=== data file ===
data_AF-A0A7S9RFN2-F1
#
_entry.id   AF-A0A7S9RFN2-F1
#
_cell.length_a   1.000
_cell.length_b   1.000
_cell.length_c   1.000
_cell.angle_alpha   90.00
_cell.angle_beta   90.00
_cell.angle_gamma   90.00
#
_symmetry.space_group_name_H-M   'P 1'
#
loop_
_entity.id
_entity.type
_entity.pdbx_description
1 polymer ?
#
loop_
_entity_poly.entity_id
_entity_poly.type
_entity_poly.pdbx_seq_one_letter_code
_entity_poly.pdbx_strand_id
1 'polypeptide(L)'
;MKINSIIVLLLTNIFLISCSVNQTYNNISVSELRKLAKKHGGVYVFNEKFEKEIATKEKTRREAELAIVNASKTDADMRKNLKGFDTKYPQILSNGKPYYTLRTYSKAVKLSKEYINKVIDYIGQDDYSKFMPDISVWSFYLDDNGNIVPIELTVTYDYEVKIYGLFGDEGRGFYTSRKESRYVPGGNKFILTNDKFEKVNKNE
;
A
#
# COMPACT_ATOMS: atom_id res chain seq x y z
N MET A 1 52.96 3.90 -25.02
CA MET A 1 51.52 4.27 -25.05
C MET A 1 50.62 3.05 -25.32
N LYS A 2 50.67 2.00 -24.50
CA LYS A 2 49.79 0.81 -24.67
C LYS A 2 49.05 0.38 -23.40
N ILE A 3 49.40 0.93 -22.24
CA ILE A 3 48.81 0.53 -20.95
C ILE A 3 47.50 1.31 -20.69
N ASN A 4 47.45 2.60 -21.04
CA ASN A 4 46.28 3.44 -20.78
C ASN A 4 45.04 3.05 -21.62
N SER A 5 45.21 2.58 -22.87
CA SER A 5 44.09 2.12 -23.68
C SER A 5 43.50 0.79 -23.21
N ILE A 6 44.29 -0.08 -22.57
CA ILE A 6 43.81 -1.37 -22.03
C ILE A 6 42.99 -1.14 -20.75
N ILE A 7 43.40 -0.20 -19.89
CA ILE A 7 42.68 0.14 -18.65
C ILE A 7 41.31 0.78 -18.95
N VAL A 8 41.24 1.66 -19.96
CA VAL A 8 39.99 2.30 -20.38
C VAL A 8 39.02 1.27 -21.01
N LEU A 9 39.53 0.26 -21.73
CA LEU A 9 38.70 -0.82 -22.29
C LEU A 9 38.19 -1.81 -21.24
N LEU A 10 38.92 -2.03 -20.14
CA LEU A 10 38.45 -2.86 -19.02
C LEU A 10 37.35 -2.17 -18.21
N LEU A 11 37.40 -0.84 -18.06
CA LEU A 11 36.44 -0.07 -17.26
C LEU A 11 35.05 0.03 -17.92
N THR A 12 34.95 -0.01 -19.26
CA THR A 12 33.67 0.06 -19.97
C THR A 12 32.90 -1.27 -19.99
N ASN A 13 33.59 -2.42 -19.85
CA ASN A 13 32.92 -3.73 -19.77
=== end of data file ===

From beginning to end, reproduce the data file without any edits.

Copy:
data_AF-A0A7S9RFN2-F1
#
_entry.id   AF-A0A7S9RFN2-F1
#
_cell.length_a   1.000
_cell.length_b   1.000
_cell.length_c   1.000
_cell.angle_alpha   90.00
_cell.angle_beta   90.00
_cell.angle_gamma   90.00
#
_symmetry.space_group_name_H-M   'P 1'
#
loop_
_entity.id
_entity.type
_entity.pdbx_description
1 polymer ?
#
loop_
_entity_poly.entity_id
_entity_poly.type
_entity_poly.pdbx_seq_one_letter_code
_entity_poly.pdbx_strand_id
1 'polypeptide(L)'
;MKINSIIVLLLTNIFLISCSVNQTYNNISVSELRKLAKKHGGVYVFNEKFEKEIATKEKTRREAELAIVNASKTDADMRKNLKGFDTKYPQILSNGKPYYTLRTYSKAVKLSKEYINKVIDYIGQDDYSKFMPDISVWSFYLDDNGNIVPIELTVTYDYEVKIYGLFGDEGRGFYTSRKESRYVPGGNKFILTNDKFEKVNKNE
;
A
#
# COMPACT_ATOMS: atom_id res chain seq x y z
N MET A 1 52.96 3.90 -25.02
CA MET A 1 51.52 4.27 -25.05
C MET A 1 50.62 3.05 -25.32
N LYS A 2 50.67 2.00 -24.50
CA LYS A 2 49.79 0.81 -24.67
C LYS A 2 49.05 0.38 -23.40
N ILE A 3 49.40 0.93 -22.24
CA ILE A 3 48.81 0.53 -20.95
C ILE A 3 47.50 1.31 -20.69
N ASN A 4 47.45 2.60 -21.04
CA ASN A 4 46.28 3.44 -20.78
C ASN A 4 45.04 3.05 -21.62
N SER A 5 45.21 2.58 -22.87
CA SER A 5 44.09 2.12 -23.68
C SER A 5 43.50 0.79 -23.21
N ILE A 6 44.29 -0.08 -22.57
CA ILE A 6 43.81 -1.37 -22.03
C ILE A 6 42.99 -1.14 -20.75
N ILE A 7 43.40 -0.20 -19.89
CA ILE A 7 42.68 0.14 -18.65
C ILE A 7 41.31 0.78 -18.95
N VAL A 8 41.24 1.66 -19.96
CA VAL A 8 39.99 2.30 -20.38
C VAL A 8 39.02 1.27 -21.01
N LEU A 9 39.53 0.26 -21.73
CA LEU A 9 38.70 -0.82 -22.29
C LEU A 9 38.19 -1.81 -21.24
N LEU A 10 38.92 -2.03 -20.14
CA LEU A 10 38.45 -2.86 -19.02
C LEU A 10 37.35 -2.17 -18.21
N LEU A 11 37.40 -0.84 -18.06
CA LEU A 11 36.44 -0.07 -17.26
C LEU A 11 35.05 0.03 -17.92
N THR A 12 34.95 -0.01 -19.26
CA THR A 12 33.67 0.06 -19.97
C THR A 12 32.90 -1.27 -19.99
N ASN A 13 33.59 -2.42 -19.85
CA ASN A 13 32.92 -3.73 -19.77